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More Scots will need palliative care in coming years, says terminal illness charity

More Scots will need palliative care in coming years, says terminal illness charity

More and more Scots will be need palliative care towards the end of their life, according to terminal illness charity Marie Curie, meaning inequalities in healthcare accessibility could be exacerbated in the coming years.

At an event by Holyrood and Marie Curie in Scotland, attendees heard how 90 per cent of the 62,000 people who died in Scotland last year required palliative care before their death. By 2040, 10,000 more people will require palliative care before death.

At Edinburgh’s Fruitmarket Gallery, Scottish Government minister Maree Todd told attendees that challenging public conceptions – and squeamishness – around death will be key to addressing the future of palliative care.

To illustrate her point, Todd told the audience a personal story from her time working as a mental health pharmacist, when a friend died, and her friend’s daughters asked her to dress the body. Todd said “it was a real privilege”, but when she told her colleagues in healthcare, “they visibly recoiled”.

“I thought to myself,” said Todd, “this should be the one room we can talk about death.

“And there are real challenges cropping up, even among healthcare professionals, in talking about death.”

Todd said the Scottish Government has “long been committed to driving a culture of openness, about death, dying and bereavement”, as set out in its strategic framework on palliative and end-of-life care in 2016.

Todd added: “I'm sure that all of you will agree with me that there's still a great deal that we can do to make Scotland a place where people feel well equipped to support each other, through the difficult things that can come with death, dying, and that services and support are fully integrated around the person, their families and their communities.

“And this became even more apparent during the pandemic, when many of us have suffered loss of loved ones.”

Ellie Wagstaff, Marie Curie Scotland’s policy and public affairs manager, provided attendees with figures showing Scotland’s palliative needs will increase considerably over the next two decades.

“In 2020-21, we cared for over 9,000 patients in Scotland,” said Wagstaff, “as well as supporting their families and carers.

“That was the biggest number that we have seen on record since the charity began 70 years ago.”

Wagstaff said that more people will live beyond 75, and that as the number of people needing palliative care increases, so too will the disparities associated with inequality.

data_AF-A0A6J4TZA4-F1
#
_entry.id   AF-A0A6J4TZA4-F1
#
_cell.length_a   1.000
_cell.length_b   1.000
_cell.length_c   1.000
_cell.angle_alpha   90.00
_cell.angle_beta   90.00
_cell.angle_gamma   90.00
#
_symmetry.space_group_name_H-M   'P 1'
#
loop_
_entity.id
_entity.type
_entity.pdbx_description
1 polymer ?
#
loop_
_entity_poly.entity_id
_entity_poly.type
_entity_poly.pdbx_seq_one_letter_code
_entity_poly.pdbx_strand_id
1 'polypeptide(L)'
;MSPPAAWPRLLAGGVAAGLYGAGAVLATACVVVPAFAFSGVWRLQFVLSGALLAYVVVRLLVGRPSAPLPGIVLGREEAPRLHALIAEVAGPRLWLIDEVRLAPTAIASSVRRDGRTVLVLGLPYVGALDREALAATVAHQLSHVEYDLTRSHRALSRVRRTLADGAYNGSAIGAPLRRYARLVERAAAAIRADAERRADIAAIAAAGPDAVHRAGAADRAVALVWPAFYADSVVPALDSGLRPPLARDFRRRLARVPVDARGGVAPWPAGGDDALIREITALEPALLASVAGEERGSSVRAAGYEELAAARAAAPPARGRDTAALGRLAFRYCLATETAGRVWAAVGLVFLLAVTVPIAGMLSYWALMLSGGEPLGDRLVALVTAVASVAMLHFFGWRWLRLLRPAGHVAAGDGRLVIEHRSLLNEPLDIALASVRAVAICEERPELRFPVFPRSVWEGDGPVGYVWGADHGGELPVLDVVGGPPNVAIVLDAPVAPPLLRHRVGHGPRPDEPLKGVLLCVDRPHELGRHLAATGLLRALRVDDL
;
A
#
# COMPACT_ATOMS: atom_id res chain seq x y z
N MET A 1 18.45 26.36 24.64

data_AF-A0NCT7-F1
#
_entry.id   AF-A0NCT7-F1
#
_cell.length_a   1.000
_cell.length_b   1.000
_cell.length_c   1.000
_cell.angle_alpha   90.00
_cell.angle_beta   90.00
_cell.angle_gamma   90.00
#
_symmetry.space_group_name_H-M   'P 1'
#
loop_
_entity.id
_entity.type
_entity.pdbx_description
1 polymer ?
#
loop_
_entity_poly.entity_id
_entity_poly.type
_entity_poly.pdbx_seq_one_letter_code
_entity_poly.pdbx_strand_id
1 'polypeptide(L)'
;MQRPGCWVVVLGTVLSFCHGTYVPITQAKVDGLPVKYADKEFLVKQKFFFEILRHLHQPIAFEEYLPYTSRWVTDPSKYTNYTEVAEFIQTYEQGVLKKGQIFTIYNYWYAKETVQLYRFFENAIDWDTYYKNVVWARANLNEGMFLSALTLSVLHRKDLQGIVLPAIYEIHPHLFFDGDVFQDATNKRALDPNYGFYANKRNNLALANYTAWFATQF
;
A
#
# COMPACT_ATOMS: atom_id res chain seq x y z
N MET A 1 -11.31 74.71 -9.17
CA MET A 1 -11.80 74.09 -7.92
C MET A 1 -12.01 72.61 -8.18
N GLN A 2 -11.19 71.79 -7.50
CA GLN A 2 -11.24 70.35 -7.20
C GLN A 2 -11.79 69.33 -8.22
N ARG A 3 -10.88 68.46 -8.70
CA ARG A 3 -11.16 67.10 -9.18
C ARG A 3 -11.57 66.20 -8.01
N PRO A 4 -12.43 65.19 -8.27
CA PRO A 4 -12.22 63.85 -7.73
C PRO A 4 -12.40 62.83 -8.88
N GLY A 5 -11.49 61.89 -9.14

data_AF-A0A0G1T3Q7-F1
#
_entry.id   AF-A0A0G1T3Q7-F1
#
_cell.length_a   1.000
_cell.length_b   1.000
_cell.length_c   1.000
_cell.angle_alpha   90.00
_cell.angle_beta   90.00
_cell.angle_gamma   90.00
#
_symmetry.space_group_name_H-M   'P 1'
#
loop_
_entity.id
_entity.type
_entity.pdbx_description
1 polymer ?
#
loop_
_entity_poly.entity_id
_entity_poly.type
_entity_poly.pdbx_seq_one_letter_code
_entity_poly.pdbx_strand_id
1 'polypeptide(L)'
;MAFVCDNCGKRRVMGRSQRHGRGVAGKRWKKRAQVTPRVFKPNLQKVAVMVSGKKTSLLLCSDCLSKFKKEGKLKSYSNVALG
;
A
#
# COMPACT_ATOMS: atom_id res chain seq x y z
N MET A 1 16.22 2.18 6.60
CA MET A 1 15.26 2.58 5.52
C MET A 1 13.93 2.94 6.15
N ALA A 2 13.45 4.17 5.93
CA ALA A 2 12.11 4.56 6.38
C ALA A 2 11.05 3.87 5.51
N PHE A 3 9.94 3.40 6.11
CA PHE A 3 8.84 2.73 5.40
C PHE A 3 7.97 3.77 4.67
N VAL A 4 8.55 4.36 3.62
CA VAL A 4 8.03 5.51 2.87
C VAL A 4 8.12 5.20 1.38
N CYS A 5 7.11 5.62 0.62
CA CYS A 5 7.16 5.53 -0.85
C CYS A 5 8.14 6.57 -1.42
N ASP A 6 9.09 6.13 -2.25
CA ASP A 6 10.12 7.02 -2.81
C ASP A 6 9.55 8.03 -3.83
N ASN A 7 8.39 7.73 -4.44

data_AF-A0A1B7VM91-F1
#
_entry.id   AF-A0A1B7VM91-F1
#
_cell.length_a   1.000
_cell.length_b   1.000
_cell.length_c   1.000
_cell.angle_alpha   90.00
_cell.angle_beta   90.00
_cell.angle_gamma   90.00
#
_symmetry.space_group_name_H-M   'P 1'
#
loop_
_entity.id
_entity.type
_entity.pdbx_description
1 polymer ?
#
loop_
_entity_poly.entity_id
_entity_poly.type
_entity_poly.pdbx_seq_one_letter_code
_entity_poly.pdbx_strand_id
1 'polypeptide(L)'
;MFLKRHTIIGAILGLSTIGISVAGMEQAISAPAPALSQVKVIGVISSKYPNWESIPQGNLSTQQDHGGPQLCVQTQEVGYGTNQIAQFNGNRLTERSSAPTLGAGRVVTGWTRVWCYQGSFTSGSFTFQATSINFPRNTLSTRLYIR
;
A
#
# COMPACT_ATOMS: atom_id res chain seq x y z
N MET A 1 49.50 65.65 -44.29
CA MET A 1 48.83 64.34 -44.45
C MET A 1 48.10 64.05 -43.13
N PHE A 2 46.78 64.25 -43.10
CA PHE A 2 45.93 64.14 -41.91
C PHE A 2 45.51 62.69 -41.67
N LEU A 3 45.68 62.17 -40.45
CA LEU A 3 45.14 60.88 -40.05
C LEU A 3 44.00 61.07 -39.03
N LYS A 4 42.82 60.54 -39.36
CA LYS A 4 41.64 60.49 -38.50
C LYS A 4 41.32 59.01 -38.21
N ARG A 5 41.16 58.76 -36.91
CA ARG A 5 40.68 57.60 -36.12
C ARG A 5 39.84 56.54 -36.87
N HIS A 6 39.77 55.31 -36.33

“Marie Curie research found that over 8,200 people in Scotland experience poverty every year at the end of life,” said Wagstaff.

“That equates to one in four working-age people and one in eight pensioners. If we look at areas like Glasgow and Dundee for working age people, that rises to one in three.”

The event was concluded by a panel discussion, chaired by health journalist Jennifer Trueland, with Dr Lynsey Fielden, of NHS Forth Valley, Dr Naomi Richards, of the University of Glasgow, and Amy Dalrymple, from Marie Curie. The panel was asked to discuss Todd’s keynote speech.

Richards said: “I think for me, she talked about this tension between aspiration and the embedded operational detail, and I think perhaps this is a kind of oversight from the last framework that needs to be looked at for this framework.

“So, embedding some of that operational detail, embedding some measurement of how all of the targets that are in the strategy will actually be achieved, you know - what's actually the actionable things coming out of it, and the effects over a period of time, so we can say whether it was successful or not.”

Fielden said: “I think there's a recognition, particularly from the pandemic, that it is absolutely vital that we invest in services across the whole system and if we can do that, we can address some of the examples highlighted by Marie Curie.

“I also think the National Care Service bill is moving in the right direction, because a lot of palliative care isn't specialised, it's provided by generalists like myself, and a lot of the discussion is around the provision of personal care, whether that’s in the home, in a care home setting or elsewhere.”

Dalrymple said: “It was reassuring to hear the commitment to the palliative care strategy, and the discussion around the National Care Service bill, because there’s a lot of hope and aspiration invested in that.

“I’m a bit worried that a focus on structural reform can often mean that operational improvements fall by the wayside

“So what we need to do as, as a group of people - all of us who are interested in improving people's experiences of death - is to make sure that the focus on healthcare services, and the focus of where health and social care policy is at the moment, includes that line of agreement that death is something that happens to all of us.”

Read the most recent article written by Joseph Anderson - In Context: Parliament recess

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